As a young Joe fan, 1989 was a personal milestone for me. It marked the year in which I bought my last GIJoe figure “as a kid”. The line was in transition, and had been for two years now, from more realistic military to military science fiction. The characters were becoming more colorful in terms of both palate as well as persona. In other words, it really was a new era for GIJoe. Gnawgahyde is a great example of this—part Crocodile Dundee, part Kraven the Hunter in design, the Dreadnok poacher was a far cry from the villains of the early years of GIJoe. He was loud, over-the-top and just didn’t seem to fit in with my preconceptions of what made GIJoe work. I had written him off and not given him a second thought until a fateful afternoon of web browsing. I was reading Violentfix’s dio-story “Operation: Rapier” when I stumbled across Gnawgahyde’s appearance. My opinion was forever changed and I knew that I had to own this figure as soon as possible.
At first glance, you might be tempted to write off Gnawgahyde’s mold as “rather bland”. After all, his uniform consists of a leopard skin vest (sorry PETA), blue jeans, and black boots—how much detail could Hasbro sculpt into something so basic. Yet once I got the figure in my hands I began to see what I had original dubbed “basic” as “practical”. The leopard skin vest is subtly textured to give the impression of real fur; a sheathed knife is fastened at the small of his back. The chain around his neck features not only dog tags but also what appear to be crocodile teeth and an animal claw. His belt has three grenades fastened along the back and a canteen at his hip. His left arm sports an archery arm-guard while his right wrist has what appears to be an outdoor watch/compass. The pants are simple—adorned with only a few side pouches. His left boot has a large molded knife sheath to accommodate one of his many blades. In other words, this is the uniform of someone who is not only proud of his hunting accomplishments (the vest, the neck chain) but is also extremely good at it. His garb is practical without being utterly garish and the simplistic nature of it reflects that of a consummate hunter who takes nothing with him that he doesn’t really need. He is efficient, deadly, and practical.
Back in the late 80’s I always saw Gnawgahyde’s head sculpt as more of a caricature than a realistic design. Perhaps it was the exaggerated bags under his eyes or his near Joker-rictus grin, but he always seemed completely over-the-top to me. However, I now see this as part of his persona. Based on his facial sculpt, Gnawgahyde is a brawler; the evidence is found in a nose that has been broken more than once. His snarl—once seen as garish—is now a part of his reputation. A hunter/tracker such as this has to rely on reputation for his credibility and having a “persona” would help with that rep. The head sculpt belies the cunning ferocity of man who will hunt any and all prey—if the price is right. In many ways, I’m reminded of the character of Muldoon from Jurassic Park—a hunter who understood the psychology of his prey, anticipating how it thought, how it would react. This is not the face of a boorish Dreadnok as featured in the Sunbow cartoon—this is a deadly killer who is feared in the right circles.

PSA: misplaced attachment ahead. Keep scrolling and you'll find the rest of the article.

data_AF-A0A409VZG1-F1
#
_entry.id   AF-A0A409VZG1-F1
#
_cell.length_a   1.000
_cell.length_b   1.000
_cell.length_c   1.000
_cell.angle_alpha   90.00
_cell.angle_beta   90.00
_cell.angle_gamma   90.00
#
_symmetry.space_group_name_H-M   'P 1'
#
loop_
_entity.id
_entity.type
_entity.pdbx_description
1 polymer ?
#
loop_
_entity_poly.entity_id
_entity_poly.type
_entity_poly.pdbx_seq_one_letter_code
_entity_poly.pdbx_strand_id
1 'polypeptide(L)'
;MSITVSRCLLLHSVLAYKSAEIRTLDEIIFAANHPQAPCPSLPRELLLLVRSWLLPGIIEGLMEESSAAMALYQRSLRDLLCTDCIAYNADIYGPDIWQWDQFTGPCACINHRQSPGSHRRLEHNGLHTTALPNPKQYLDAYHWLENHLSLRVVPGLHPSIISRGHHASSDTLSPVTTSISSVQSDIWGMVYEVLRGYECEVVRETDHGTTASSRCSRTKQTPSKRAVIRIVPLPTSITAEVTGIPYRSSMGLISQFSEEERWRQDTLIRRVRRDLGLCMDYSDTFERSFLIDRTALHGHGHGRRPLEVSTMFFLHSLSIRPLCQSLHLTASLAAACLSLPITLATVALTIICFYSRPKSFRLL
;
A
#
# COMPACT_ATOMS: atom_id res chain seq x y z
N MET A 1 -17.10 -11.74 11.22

If there’s one statement you can make about the figures in the late 80’s and early 90’s, it’s that most of them had a great selection of gear. Gnawgahyde is no exception; the Dreadnok poacher packs a knife, machete, bow, quiver, hat, sniper rifle with bipod, and a wild boar. (I’m a bit puzzled by this last one. Perhaps he had a moment of weakness after watching a double feature of “Charlotte’s Web” and “Babe”.) This selection of gear is both logical and practical—giving him the capacity to “do his work” either close up or from a distance and still maintain some semblance of “quiet hunting”. One of the most puzzling aspects of the Big G’s gear is found in his machete. Rather than holding the cutting instrument in his hand, Gnawgahyde has a case of “Wolverine envy” and instead has a forearm-mounted blade. Now, had this figure been designed in the past 5 years, I would have assumed that this was Hasbro’s way of cashing in on the recent popularity of the X-Men. However, when this figure was designed, the X-Men were a phenomenon that was limited to comic fans only. It’s a puzzling accessory choice, but one that works well with this Aussie hunter.
Gnawgahyde is one of those figures that walks over and hands me a big serving of crow to eat. I’d initially taken one glance at him and just written him off; in doing so, I had missed out on a truly terrific action figure. It took Violentfix’s “Operation: Rapier” for me to really give this character a second chance, which I’m certainly glad that I did. While I don’t see him so much as a regular member of the Dreadnoks, I do see him as a valuable “Cobra ally”—functioning as either Spirit’s or Recondo’s opposite number. He is both a guide and a tracker and I’ve come to see his moniker of “Dreadnok Poacher” as something akin to Low Light’s status as a “Night Spotter”. Both terms are simply more kid-friendly ways to express the character’s true purpose. In the end, I’d recommend this “poacher” to just about anyone. However, if you’re going to track one down look for one that has the gear included with it. Gnawgahyde is a one of those figures that is really improved by his equipment and one that you’ll want to have fully “kitted up”.